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How do taxes relate to a New Jersey business dissolution?

It is not unusual for businesses in New Jersey to decide to cease operations. While those who begin a business will undoubtedly make certain that they are following all the rules to ensure full compliance and to avoid problems down the road, it must also be remembered that there are also rules for concluding a business via dissolution.

Corporations that do not want to have their corporate charter anymore have to inform the New Jersey State Treasurer. By doing that, the Corporate Business tax may be avoided as may penalties and interest. All corporations have to submit their New Jersey Corporation Business Tax Returns even if it has stopped operating or distributed its assets via liquidation and is still subject to the minimum amount required for taxes every year -- $500 -- until it has completed its dissolution. The Corporate Business Tax must still be filed even if the business is no longer in operation but has not dissolved.

When the Division of Revenue is given the articles of dissolution and all fees have been paid and the Division of Taxation has given the tax clearance, the dissolution will be viewed as in effect. There will no longer be any eligibility for tax benefits. Liabilities from the past will still be applicable and can be reviewed by the Division of Taxation. Without the dissolution procedures being completed and the necessary amount of outstanding liability paid, further collection action procedures will begin by the Special Procedures Branch, Judgment Section. The corporation will then receive letters demanding payment and possibly so will the corporate officers. Corporate officers who are responsible will be personally responsible for the trust fund taxes. The Superior Court of New Jersey will file a Certificate of Debt if what is owed is not paid. There will be a 10 percent fee for Cost of collection, and it will become part of the debt that is owed.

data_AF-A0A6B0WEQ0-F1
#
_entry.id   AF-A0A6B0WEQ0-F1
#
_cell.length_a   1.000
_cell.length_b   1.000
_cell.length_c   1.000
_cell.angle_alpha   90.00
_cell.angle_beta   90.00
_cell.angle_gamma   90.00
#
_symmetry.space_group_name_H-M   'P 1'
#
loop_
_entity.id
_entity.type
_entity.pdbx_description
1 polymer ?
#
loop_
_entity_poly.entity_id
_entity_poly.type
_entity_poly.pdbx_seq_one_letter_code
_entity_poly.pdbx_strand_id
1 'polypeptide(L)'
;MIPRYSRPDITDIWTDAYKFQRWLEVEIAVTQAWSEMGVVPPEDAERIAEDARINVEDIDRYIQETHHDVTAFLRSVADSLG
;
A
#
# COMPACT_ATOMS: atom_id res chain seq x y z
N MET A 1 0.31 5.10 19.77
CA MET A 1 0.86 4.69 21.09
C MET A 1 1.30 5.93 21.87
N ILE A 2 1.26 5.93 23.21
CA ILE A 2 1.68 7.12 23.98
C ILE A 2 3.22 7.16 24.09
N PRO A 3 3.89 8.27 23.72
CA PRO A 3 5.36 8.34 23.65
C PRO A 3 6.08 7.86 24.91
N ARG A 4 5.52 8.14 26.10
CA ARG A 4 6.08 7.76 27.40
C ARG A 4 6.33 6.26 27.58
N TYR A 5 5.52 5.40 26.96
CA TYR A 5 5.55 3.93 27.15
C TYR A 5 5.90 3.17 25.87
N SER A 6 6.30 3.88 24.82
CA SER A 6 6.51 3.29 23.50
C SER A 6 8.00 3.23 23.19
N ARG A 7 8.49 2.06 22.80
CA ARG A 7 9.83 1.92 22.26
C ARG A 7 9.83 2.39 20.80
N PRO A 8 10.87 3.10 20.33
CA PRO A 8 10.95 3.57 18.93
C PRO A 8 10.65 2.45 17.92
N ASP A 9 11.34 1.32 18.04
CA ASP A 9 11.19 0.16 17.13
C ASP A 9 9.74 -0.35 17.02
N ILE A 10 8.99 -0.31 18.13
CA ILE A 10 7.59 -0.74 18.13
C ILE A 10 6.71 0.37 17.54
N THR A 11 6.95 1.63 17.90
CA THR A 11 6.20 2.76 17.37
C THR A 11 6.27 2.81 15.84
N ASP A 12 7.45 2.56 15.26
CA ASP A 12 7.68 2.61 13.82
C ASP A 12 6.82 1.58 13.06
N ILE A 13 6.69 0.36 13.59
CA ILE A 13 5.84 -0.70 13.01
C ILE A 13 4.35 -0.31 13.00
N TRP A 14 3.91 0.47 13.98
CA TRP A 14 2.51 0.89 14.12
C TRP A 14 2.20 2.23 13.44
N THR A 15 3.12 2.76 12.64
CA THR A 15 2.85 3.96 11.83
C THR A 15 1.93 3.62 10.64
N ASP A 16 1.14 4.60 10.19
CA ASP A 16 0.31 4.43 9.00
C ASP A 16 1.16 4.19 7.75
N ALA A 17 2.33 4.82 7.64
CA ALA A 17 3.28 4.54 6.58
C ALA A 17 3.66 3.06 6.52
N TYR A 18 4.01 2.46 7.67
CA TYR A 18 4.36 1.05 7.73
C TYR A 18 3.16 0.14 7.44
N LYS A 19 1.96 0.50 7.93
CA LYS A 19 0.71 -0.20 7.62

The following penalties will be assessed without a dissolution if there are outstanding taxes: 5 percent for the late payment penalty; 5 percent for the late filing penalty each month up to 25 percent; $100 per month in a late filing penalty; and for certain years, an amnesty penalty of 5 percent. The dissolution of a business is not a simple matter of ceasing operations and moving on. There are tax issues that must be confronted. Corporations should perform their due diligence with a business dissolution to avoid any tax penalties after the business is closed.

Source:, "Consequences of Not Dissolving a Corporation," accessed on March 14, 2016

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